Japan Has a Word for ‘Working to Death’

A young woman’s suicide has sparked a backlash against the country’s labor conditions. But death by overwork is so common there’s even a word for it: karoshi.

https://www.thedailybeast.com/japan-has-a-word-for-working-to-death

5 Japanese Words in the English Dictionary

http://www.travlang.com/features/japanesewords.html

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‘Lone wolf’ or ‘terrorist’? How bias can shape news coverage

“Another decision: describing the attack that authorities say was committed by Stephen Paddock, a 64-year-old white man, as a “mass shooting” rather than “domestic terrorism.” When a Muslim person mows down innocent victims and terrorizes a community, media and authorities are quick to declare it terrorism; when a white, non-Muslim attacker does the same, he is usually described as a disturbed loner in a freak incident. In both cases, journalists arrive at these conclusions early in the news cycle when information is incomplete. (Official statistics show far more terrorism in the U.S. is committed by white men than by Muslims).”

https://www.poynter.org/news/lone-wolf-or-terrorist-how-bias-can-shape-news-coverage

We Legitimize the ‘So-Called’ Confederacy With Our Vocabulary, and That’s a Problem

Fascinating article that delves into the role of language and its effect on our understanding of history as well as the present. How is our collective memory shaped by the words we use to describe the past?

“Landis goes on to suggest that we call plantations what they really were—slave labor camps; and drop the use of the term, “the Union.” A common usage in the 19th century to be sure, but now one we only use “the Union” in reference to the Civil War and on the day of the State of the Union address. A better way to speak of the nation during the war, he argues, is to use its name, the United States.”

“As Douglass was already concerned that the victors were losing the war of historical memory to the supposedly vanquished, I am not sure that he would have been surprised that not far from where he stood at the national cemetery—often considered the nation’s most hallowed ground—a Confederate memorial would be built in the early 20th century to the insurgents he felt “struck at the nation’s life.”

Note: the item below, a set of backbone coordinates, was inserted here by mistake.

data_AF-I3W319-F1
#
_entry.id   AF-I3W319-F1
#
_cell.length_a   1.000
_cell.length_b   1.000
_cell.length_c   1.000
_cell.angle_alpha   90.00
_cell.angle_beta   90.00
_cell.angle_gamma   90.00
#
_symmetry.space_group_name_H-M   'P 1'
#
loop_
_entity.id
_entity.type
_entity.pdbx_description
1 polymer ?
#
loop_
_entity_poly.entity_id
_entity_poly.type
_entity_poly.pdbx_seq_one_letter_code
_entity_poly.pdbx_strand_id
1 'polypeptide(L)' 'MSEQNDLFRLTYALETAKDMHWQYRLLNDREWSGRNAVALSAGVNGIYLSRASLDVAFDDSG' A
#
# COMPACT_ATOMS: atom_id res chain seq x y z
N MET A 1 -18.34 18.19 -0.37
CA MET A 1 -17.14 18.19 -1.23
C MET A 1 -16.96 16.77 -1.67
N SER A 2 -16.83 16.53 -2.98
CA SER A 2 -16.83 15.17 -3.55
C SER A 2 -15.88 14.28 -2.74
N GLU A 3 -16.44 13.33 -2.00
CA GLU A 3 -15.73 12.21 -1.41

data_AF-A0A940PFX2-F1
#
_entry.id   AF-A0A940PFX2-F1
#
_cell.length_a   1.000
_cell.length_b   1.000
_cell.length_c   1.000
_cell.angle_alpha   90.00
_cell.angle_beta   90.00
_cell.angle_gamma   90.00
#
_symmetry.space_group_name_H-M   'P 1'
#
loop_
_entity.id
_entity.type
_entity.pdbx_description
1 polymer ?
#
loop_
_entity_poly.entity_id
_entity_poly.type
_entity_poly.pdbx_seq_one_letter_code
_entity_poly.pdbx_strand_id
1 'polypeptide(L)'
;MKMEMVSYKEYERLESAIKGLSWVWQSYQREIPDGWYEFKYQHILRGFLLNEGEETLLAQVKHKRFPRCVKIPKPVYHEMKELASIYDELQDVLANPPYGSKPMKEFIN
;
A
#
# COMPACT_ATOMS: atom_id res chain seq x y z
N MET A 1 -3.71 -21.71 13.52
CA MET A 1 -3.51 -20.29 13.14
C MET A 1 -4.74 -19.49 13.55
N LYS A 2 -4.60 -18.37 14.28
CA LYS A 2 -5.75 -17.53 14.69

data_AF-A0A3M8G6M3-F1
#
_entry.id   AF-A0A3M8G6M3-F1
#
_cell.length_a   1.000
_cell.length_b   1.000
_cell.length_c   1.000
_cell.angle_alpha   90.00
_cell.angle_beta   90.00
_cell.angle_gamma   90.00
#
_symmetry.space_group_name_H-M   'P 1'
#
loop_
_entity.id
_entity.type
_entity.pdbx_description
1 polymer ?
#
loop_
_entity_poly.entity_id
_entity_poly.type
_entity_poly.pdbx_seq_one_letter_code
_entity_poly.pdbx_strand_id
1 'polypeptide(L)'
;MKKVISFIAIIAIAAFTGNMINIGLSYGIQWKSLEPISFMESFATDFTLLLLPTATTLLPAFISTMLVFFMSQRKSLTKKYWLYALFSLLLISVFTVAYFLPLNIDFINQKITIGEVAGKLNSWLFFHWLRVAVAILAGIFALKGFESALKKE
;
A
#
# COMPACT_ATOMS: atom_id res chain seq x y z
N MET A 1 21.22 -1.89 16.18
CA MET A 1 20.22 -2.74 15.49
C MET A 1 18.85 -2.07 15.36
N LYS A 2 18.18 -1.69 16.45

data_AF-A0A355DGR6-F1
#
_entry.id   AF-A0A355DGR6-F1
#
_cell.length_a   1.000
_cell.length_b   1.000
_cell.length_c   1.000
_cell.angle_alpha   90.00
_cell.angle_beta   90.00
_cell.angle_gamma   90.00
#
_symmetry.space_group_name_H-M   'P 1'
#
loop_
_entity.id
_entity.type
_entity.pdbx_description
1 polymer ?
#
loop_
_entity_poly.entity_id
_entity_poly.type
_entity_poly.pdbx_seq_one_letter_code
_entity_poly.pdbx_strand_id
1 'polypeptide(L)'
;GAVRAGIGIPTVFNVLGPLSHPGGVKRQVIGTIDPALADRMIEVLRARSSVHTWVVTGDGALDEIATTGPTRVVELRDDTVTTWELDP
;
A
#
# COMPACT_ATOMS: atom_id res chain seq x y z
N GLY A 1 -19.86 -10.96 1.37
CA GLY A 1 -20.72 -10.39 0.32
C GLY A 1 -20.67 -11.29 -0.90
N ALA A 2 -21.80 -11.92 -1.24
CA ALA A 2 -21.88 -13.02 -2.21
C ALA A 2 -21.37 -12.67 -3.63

“Douglass knew, day-by-day, after the shooting stopped, a history war was playing out. It is clearly not over yet. Words, though they do not stand as marble and bronze memorials in parks and in front of buildings or fly on flagpoles, are perhaps even more powerful and pernicious. The monuments we’ve built with language may, in fact, be even more difficult to tear down.”

http://www.smithsonianmag.com/smithsonian-institution/we-legitimize-so-called-confederacy-vocabulary-thats-problem-180964830/#D3DM5FOjKPhcmXuR.01

26% of people watched fewer NFL games because of Colin Kaepernick?!?! Or is it 3%?

This is an interesting case of how numbers get reported and what they mean. Often the numbers that get reported reflect a desire to grab people’s attentions or simply to tell the story the media outlet wants to tell. If you report 26% or 3% neither one is necessarily lying though the two numbers are referring to two different things. (Here is a link to an earlier post about how an Illinois tax increase was reported)

12% of respondents to a recent survey said they watched fewer NFL games and of those 26% said that the main reason was Colin Kaepernick’s protest during the national anthem. How should that get reported? And what impression gets left in people’s minds based on the wording?

Another way to think about it is this: 12% of the 26% who watched fewer games comes out to about 3% of the total number of people who watched football. Hmm. That leaves a very different impression than 26%.

Here is the original, misleading ESPN article whose headline has since changed I believe.

http://www.espn.com/nfl/story/_/id/20171611/national-anthem-protests-no-1-reason-viewers-tuned-nfl-games

“National anthem protests were the top reason that NFL fans watched fewer games last season, according to a new survey released by J.D. Power.

“The pollster said it asked more than 9,200 people who attended either one football, basketball or hockey game whether they tuned into fewer games and why. Twenty-six percent of those who watched fewer games last season said that national anthem protests, some of which were led by Colin Kaepernick, were the reason.”

And here is a link to a Huffington Post article discussing the issue with how the numbers are reported:

http://www.huffingtonpost.com/entry/colin-kaepernick-sports-ratings_us_597a2382e4b02a4ebb73e064

The Slants on the Power of Repurposing a Slur

“The idea of reappropriation isn’t new. The process of turning negative words, symbols or ideas into positive parts of our own identity can involve repurposing a racial epithet or taking on a stereotype for sociopolitical empowerment. But reappropriation can be confusing. Sometimes people can’t figure out the nuances of why something is or isn’t offensive — government bureaucrats in particular.”

 

Monuments or Memorials? “The Meaning of Our Confederate ‘Monuments’”

Interesting discussion on the difference between “monuments” and “memorials” and how that distinction plays out with the contemporary controversy around the removal of Confederate Civil War statues.

“The debate around these monuments — Should they be destroyed, maintained or removed elsewhere? — has been heated and, I believe, misguided. We should be asking other questions instead: Are these statues really “monuments” by our present standards? Or are they rather “memorials”? Are we misled by the avenue’s name? Do we need to rename the avenue itself as we attempt to remedy our deferred maintenance of history?”